That “100%” is what we’re looking for – that means the patch changes have been applied to all relevant SharePoint databases, including our content database. We now need to run the same command on every other server in the farm or just run the Configuration Wizard which should do the same post patch install.
Once that’s all done let’s open central administration so we can check there’s nothing else to do:
The build version is newer and there’re no more pending actions on the servers in the primary farm except perhaps to verify the sites/apps still load. Also remember to check in Central Admin for any new health warnings – sometimes I’ve found the security token service can need a restart after a build-to-build upgrade.
The important thing to do now is test that everything is working as expected before we switch back the users.
Switch Back User to Primary Farm
Now we’re now basically done with our DR farm as far as users are concerned. Failover to the primary farm as you did the other way-round to patch the primary SharePoint farm.
Resume Log-Shipping to Disaster Recovery Farm
First of all we want to disconnect the about-to-be-magically-upgraded content database from the not-yet-upgraded DR farm to avoid any potential conflicts. The worst thing that would happen is that SharePoint would refuse to touch it but still, just to be safe dismount the content databases before we resume database syncing either in PowerShell or Central Administration.
This is how it looks if a SharePoint farm tries to use a content database that’s incompatible with the farm binary version (it says “WSS_Content is in an unsupported state, and could not be used by the current farm”). But we’re jumping ahead of ourselves of course – this message above only happens once log-shipping is resumed and the patched database makes it to the DR farm.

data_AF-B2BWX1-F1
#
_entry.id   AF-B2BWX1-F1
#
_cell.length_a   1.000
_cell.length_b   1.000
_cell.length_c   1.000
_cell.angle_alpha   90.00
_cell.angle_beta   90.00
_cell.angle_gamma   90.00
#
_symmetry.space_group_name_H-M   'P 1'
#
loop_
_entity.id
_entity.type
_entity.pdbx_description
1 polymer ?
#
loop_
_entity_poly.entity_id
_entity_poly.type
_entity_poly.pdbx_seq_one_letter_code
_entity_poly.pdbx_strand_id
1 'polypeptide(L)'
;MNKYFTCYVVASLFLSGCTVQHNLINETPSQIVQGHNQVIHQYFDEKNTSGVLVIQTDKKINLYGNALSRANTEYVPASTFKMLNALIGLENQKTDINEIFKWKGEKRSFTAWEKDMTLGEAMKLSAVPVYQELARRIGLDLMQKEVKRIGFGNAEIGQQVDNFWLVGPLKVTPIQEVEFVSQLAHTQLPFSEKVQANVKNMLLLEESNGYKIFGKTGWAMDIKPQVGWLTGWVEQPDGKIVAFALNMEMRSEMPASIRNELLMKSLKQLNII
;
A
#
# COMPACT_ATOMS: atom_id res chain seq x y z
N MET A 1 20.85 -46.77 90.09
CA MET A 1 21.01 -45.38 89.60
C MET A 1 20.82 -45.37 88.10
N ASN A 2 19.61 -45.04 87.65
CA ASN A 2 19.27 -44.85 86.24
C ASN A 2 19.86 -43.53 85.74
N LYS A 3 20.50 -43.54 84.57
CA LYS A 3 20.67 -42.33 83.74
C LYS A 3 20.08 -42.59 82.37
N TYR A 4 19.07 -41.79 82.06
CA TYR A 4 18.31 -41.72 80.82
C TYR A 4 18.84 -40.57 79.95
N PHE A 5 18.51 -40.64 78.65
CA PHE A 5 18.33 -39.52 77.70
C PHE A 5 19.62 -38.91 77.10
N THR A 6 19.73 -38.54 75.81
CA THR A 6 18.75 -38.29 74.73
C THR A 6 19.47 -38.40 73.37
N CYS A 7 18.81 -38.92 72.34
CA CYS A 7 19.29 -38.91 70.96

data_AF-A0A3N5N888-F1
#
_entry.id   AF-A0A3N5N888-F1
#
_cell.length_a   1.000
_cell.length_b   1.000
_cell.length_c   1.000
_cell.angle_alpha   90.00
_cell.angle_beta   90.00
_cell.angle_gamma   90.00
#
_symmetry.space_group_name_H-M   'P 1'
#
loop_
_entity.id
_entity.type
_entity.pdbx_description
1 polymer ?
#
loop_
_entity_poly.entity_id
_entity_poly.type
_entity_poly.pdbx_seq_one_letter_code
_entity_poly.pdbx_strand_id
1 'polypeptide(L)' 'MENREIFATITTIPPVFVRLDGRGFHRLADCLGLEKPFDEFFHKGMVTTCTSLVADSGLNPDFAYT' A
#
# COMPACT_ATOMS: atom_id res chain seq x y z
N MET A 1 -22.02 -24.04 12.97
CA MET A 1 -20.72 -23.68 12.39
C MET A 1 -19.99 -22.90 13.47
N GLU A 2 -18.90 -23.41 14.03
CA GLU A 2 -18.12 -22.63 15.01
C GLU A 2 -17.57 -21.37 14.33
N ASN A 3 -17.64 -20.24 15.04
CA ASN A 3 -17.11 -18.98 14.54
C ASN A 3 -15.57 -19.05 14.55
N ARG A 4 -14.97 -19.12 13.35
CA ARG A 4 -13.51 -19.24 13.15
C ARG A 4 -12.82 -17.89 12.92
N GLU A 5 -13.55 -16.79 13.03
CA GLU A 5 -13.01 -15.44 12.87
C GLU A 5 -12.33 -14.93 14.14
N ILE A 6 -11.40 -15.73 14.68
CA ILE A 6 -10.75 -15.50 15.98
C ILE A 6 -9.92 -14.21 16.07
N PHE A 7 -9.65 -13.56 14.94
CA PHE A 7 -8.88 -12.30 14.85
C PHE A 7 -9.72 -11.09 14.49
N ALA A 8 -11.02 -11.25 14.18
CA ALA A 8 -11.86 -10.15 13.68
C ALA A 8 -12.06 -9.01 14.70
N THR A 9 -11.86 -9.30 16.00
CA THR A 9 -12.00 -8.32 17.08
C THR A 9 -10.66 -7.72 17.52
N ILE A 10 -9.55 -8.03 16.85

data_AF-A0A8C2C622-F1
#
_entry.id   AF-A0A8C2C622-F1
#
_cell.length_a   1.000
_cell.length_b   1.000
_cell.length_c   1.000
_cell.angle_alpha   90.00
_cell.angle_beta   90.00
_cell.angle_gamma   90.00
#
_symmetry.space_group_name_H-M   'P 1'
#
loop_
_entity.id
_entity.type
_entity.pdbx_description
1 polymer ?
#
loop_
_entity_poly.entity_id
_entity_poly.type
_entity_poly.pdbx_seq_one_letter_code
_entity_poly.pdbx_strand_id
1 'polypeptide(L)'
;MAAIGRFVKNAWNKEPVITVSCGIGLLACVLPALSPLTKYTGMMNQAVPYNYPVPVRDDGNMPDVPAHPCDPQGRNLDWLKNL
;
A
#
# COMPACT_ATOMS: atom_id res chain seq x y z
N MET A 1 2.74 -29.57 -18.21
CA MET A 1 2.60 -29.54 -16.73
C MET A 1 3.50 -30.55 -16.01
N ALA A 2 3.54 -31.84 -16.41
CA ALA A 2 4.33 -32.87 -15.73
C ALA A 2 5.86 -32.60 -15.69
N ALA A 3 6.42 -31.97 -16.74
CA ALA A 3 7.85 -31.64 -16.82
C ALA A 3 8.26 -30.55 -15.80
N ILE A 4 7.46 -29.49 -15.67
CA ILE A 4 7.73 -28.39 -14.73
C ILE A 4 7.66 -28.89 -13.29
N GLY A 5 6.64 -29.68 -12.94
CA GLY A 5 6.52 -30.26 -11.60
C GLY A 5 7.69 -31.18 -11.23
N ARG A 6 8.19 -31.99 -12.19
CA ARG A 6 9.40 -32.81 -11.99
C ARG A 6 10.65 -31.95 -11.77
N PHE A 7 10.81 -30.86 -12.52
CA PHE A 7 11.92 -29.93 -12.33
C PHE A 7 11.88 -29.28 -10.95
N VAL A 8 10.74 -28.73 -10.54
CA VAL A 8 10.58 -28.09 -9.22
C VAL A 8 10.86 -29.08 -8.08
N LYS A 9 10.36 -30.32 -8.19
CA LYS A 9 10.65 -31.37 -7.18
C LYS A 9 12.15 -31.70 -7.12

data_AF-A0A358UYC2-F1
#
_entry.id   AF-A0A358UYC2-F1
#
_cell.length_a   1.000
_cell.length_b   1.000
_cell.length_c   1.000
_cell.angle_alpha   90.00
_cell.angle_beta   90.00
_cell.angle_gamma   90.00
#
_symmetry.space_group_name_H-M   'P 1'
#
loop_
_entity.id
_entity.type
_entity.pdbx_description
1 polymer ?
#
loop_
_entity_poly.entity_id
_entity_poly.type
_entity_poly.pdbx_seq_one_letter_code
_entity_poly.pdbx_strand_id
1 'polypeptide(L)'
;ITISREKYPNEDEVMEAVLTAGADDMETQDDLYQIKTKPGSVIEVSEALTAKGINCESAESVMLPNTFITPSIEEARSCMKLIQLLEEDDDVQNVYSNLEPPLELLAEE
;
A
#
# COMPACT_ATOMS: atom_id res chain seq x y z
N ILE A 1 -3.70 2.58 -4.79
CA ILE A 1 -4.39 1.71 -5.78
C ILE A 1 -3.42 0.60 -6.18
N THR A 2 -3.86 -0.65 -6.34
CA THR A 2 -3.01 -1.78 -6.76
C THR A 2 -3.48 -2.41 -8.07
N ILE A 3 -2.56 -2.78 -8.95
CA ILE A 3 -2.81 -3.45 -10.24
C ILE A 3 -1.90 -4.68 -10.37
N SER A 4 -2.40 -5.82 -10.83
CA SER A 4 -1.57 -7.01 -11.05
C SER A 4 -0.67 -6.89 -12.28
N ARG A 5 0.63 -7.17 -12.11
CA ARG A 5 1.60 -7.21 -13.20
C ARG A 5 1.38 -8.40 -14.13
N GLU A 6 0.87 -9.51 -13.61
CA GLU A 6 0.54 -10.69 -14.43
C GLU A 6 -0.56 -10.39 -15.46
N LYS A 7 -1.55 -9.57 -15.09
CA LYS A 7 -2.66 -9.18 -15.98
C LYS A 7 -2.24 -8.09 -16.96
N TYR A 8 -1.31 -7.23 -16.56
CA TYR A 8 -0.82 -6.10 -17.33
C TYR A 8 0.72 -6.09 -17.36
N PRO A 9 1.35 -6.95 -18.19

Enable again the SQL Server Agent backup job and run it (right-click on the job and select “Start Job at Step…”).
The next backup it does will include all the changes made by the patch so it’ll be bigger than normal. Sure enough, notice the file-size of the latest TRN file.
When that log-file backup gets restored to the DR farm, the patch for that content-database will be complete ahead of the DR farm binaries so the DR farm will quite likely start to fail as per the above message if the content database is still attached to the farm.
When it’s finally restored you should see something like this in the event-logs of the DR farm SQL Server
Verify Log-Shipping is working to DR Farm
Let’s just make sure the secondary SQL Server is picking up the log-files again so we can make sure our DR farm is ready for an unplanned failover if necessary. Open up the event-viewer on the active node if it’s a cluster or just the machine if it’s just a standalone machine.
Notice the series of errors about SQL Server complaining it’s not been fed any data for a while and its’ DB copy is quite likely out-of-date. Normally this would be a problem but in this instance we deliberately caused it so we can ignore these messages. Event ID 18268 gives us a nice confirmation we’re back in the game though and restores are working as normal again.
Patch DR Farm to Match Primary & Job Done!
The only thing that remains is to bring the DR farm up-to the same patch level as the primary farm. Once the content-database has been confirmed as being in sync again, patch the DR farm as before.
That’s it! Your disaster-recovery/hot-standby farm should now be operational just as before – ready to pick-up the load if the primary farm goes offline for any reason but now on a newer SharePoint build. We’ve managed to perform major heart-surgery on our SharePoint farm without losing any data or traffic.
// Sam Betts